The Next Abortion Warriors
Meet the two lawyers who are preparing to argue the first abortion case to come before the Supreme Court since Brett Kavanaugh came aboard.
January 27, 2020 Issue, The New Yorker
(posted online Jan 20)
By Laura Lane
An invitation for a cocktail party honoring lawyers, especially highly skilled ones who are about to argue one of the most momentous cases of the year—the next Supreme Court abortion case—tends to read like a legal document. “Guests are invited to come and go as they please,” noted a message from the Center for Reproductive Rights, a legal-advocacy nonprofit. The party was held in the kitchen at the center’s offices, in a high-rise in the South Street Seaport. The two lead attorneys on June Medical Services, LLC v. Gee (not quite as catchy as Roe v. Wade) whom attendees had come to meet—Julie Rikelman and T. J. Tu—talked with guests while such phrases as “Bogus sham laws!” and “Second-class citizens!” ricochetted around the kitchen island.
With Fate Of Roe V. Wade Unsure, Abortion Fight Shifts To New Territory
By Julie Rovner
January 17, 2020
Jan. 22 marks the 47th anniversary of Roe v. Wade, the landmark case that legalized abortion nationwide. Those on both sides of the furious debate say this could be the year when everything changes.
In March, the Supreme Court will hear its first abortion case since Justice Brett Kavanaugh replaced Anthony Kennedy, who had been the swing vote on abortion cases. A decision is expected by summer.
SCOTUS 'TRAP law' case and the erosion of abortion rights
BY BRIDGET KELLY, OPINION CONTRIBUTOR
Actress Michelle Williams got some traction when she used her Golden Globe acceptance speech to champion abortion rights, saying she was “grateful to have lived at a moment in our society where choice exists.” But the moment she spoke of may be fleeting.
Three days before Willams’s speech, over 200 members of Congress signed onto an amicus brief urging the Supreme Court to reconsider, if not overturn, Roe v. Wade, the 1973 landmark decision legalizing abortion in the U.S.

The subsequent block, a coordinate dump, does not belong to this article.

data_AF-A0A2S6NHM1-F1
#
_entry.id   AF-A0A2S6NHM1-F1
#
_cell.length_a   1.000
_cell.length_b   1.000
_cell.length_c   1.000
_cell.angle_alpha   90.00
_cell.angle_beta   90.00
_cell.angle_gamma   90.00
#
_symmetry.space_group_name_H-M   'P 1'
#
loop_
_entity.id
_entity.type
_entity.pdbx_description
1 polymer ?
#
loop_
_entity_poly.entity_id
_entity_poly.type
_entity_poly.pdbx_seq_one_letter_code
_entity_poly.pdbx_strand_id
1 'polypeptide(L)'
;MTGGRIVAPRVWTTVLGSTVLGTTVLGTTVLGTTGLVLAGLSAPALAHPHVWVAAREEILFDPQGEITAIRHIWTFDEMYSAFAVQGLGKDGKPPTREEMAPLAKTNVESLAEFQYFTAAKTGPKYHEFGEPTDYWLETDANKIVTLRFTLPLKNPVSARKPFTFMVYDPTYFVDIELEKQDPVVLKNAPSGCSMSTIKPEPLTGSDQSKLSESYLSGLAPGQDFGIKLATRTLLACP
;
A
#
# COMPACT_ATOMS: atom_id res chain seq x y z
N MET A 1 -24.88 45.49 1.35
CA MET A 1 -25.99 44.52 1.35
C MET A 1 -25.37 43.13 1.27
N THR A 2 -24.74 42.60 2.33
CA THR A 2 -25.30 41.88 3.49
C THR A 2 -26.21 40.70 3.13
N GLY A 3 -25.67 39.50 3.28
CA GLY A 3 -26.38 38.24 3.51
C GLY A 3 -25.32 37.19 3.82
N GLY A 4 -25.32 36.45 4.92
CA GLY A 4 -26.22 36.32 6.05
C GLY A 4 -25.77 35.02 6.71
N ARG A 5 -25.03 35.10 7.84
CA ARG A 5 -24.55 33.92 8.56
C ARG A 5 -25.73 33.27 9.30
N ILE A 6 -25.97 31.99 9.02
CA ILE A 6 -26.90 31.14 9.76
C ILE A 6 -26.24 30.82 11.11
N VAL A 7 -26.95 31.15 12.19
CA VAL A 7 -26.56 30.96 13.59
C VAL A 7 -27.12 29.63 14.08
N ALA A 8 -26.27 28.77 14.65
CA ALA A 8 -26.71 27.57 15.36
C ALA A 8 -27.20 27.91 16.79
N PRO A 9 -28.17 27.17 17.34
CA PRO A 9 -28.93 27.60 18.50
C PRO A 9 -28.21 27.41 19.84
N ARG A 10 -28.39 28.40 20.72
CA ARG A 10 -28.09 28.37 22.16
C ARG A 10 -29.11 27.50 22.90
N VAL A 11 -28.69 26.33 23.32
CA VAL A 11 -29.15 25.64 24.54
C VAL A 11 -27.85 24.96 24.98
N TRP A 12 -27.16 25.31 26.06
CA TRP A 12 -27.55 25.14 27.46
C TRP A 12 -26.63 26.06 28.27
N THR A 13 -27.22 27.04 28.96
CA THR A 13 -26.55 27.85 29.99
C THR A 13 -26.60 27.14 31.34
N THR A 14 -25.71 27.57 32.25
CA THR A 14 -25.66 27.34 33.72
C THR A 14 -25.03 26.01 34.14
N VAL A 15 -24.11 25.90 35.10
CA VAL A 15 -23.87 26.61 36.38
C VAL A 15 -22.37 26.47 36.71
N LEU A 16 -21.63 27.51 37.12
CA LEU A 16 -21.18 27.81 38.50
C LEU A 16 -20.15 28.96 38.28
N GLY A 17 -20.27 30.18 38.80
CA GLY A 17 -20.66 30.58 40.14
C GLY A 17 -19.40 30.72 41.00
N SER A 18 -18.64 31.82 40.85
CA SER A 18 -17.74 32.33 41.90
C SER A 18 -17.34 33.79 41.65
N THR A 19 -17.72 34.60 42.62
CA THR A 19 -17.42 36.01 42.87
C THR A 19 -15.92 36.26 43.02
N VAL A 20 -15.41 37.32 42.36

The Last Decade Was Disastrous For Abortion Rights. Advocates Are Trying To Figure Out What’s Next.
This year, the battle over abortion rights reached a fever pitch. That’s what this entire decade was building toward.
Ema O'Connor BuzzFeed News Reporter
Posted on December 17, 2019
As the decade draws to a close, the national right to abortion is in the most vulnerable place it’s been in decades.
Since 2010, hundreds of laws restricting abortion access have been enacted all over the country, making the procedure less attainable and forcing abortion clinics to close. The US has gone from having around 1,720 facilities that perform abortions in 2011 to 1,587 in 2017 (the last year reproductive rights group Guttmacher Institute surveyed). As of this year, there are six states with only one abortion clinic left. Twenty-five abortion bans were signed into law in 2019 alone, leading to nationwide protests. Though all, so far, have been blocked by the courts, a major fight over abortion rights at the Supreme Court is yet to come.
Over 350 lawyers, legal professionals who had abortions file brief in landmark Supreme Court case
By alexandra svokos
Dec 2, 2019
More than 350 lawyers and legal professionals who had abortions filed an amicus brief with the Supreme Court Monday as part of the latest landmark abortion case.
"My hope is that my classmate on the Supreme Court will not want to demonize me," Claudia Hammerman, a partner at the prestigious law firm Paul, Weiss, told ABC News. Hammerman is also the lead signer of the brief and a Harvard Law School alumnae. "I was smart and I deserved my career and I deserved to be able to give it my all and to become a mother when I was fully, emotionally, psychologically, and in terms of resources prepared to become the best mother I could be."
One of Supreme Court’s most important abortion cases has just begun
By CBS News -
November 26, 2019